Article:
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Report shows how badly Lake Michigan is affected by rising water levels, climate change

New report shows how badly Lake Michigan is affected by rising water levels, climate change
New report shows how badly Lake Michigan is affected by rising water levels, climate change 02:51

CHICAGO (CBS) -- If you regularly visit Lake Michigan, you know lake levels are going up and the space at the beach is going down.

A report by the Environmental Law and Policy Center has identified 12 hot spots along Lake Michigan already impacted by changing water levels and storms related to climate change.

It shows Chicago beaches are bearing the brunt of the erosion. CBS 2's Tara Molina talked to the experts and has the story from Rogers Park. 

Folks at one of the affected areas said they're used to changing lake levels. But experts said buildings like this one on Loyola's campus, right on the lake, could be at risk moving forward.

Howard Beach in Rogers Park is a memory.

"This was kind of a small beach."

A not-too-distant memory for Meg Rhem.

"If you look at where the rocks are the beach was out in the water, it went much farther. The lake is really high," Rhem said.

She raised her daughter on sand, now covered by rising waves. The entire beach is filled-in.

"Some of the most precious pictures I have of my daughter are with a bucket and in that sand," Rhem said.

That area bore the brunt of rising lake levels back in 2019 and 2020. When the lake reached a record high, storms bringing 35 mph winds and nine-foot waves battering the shoreline.

Howard Learner, Executive Director of the Environmental Law and Policy Center said it will happen again.

"We are going to see some very high water levels going forward. And if those happen to be high water levels at a time with intensive storms? We are looking at flooding," Learner said.

And that's why the area, Chicago's Far North Side, is one of the 12 hot spots the Environmental Law and Policy Center identified in the report.

"We have to plan differently going forward," Learner said.

What's at risk? More than those already forced to deal with higher waters once. The report found flooding would impact healthcare facilities, schools, public transit and more here...including buildings on Loyola University's campus.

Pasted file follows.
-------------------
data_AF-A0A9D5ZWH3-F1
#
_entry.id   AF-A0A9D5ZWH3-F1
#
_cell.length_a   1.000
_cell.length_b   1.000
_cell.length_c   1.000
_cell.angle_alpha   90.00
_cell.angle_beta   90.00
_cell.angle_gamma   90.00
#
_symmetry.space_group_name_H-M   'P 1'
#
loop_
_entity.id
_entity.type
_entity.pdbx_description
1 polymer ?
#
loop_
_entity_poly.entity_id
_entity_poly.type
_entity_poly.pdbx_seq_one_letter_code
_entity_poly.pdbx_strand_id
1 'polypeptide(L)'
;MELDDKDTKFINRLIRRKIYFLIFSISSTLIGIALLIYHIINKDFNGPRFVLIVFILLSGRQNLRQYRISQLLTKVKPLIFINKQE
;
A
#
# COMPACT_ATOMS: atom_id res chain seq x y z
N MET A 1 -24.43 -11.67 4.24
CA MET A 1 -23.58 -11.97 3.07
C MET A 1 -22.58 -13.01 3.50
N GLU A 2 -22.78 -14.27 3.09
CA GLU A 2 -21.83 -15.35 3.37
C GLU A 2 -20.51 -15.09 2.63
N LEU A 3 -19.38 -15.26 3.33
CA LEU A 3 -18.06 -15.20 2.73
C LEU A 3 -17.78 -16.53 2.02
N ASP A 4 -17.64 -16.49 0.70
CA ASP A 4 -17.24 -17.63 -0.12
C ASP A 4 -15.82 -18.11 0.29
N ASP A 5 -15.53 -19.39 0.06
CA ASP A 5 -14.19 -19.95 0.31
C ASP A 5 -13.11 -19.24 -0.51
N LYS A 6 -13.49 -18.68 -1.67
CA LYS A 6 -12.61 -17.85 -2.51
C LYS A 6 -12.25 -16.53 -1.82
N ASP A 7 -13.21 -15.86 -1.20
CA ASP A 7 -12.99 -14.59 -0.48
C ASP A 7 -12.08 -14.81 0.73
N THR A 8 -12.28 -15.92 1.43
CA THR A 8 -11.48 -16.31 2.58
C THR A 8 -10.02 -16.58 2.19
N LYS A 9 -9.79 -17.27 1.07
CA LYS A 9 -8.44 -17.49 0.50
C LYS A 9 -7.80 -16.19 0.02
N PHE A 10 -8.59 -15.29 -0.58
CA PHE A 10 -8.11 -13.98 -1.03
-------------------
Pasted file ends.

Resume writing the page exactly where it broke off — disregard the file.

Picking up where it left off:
"This is what's coming. It's getting worse. The impacts of climate change are serious. How do we build a more resilient shoreline," asked Learner.

"But when the lake levels return to normal, people seem to forget about it and say we don't have to worry about it now."

Dr. Don Wuebbles, a Professor of Atmospheric Science at the University of Illinois, agrees. Planning needs to be happening now.
Telling CBS 2 areas like this one can't afford to wait for the next 2019.

"You need to start planning now to deal with those erosion issues. So you don't have to face them when the time comes," Wuebbles said.

Because, they said, we've already seen what's at stake if nothing is done.

"The lake belongs to all of us. We all love Lake Michigan. We have a real opportunity here, looking forward, to have a more resilient lakefront we can all use and enjoy," noted Learner.

"Hopefully we do. Take the responsibility for keeping the lake," Rhem said.

"What we are learning based on the sound science of climate change is that things are changing. The water levels are getting mostly higher, although sometimes lower, and if you combine those high water levels with more intense storms and waves then you wind up having beaches like Howard beach get eroded all together," Learner said.

"The priority is to protect. The priority is also  to change the way we think about the lakefront and not let bad situations become worse. We need to plan for the future. We need to do overall planning based on what we know today," he added.

Early this year, the Department of Natural Resources allocated $74 million to build underwater reefs as well as offshore ridges to protect the shoreline from waves and currents to keep part of the Illinois shoreline from washing away. We are still waiting to learn how that help here in Chicago.

Here is the list of the 12 areas highlighted in the report:

-Two Rivers Wastewater Treatment Plant (Wisconsin)

-Manitowoc Wastewater Treatment Plant (Wisconsin)

-Alliant Edgewater Coal Plant (Wisconsin)

-Zion Nuclear Spent Fuel Storage Site


-Chicago's Far North Side 

-Chicago's Central Shoreline

-Chicago's South Shore Neighborhood 

-East Side Neighborhood 

-State Line Coal Plant (Indiana)

-U.S. Steel Gary Works Facility (Indiana)

-City of South Haven Wastewater Treatment Plant (Michigan)

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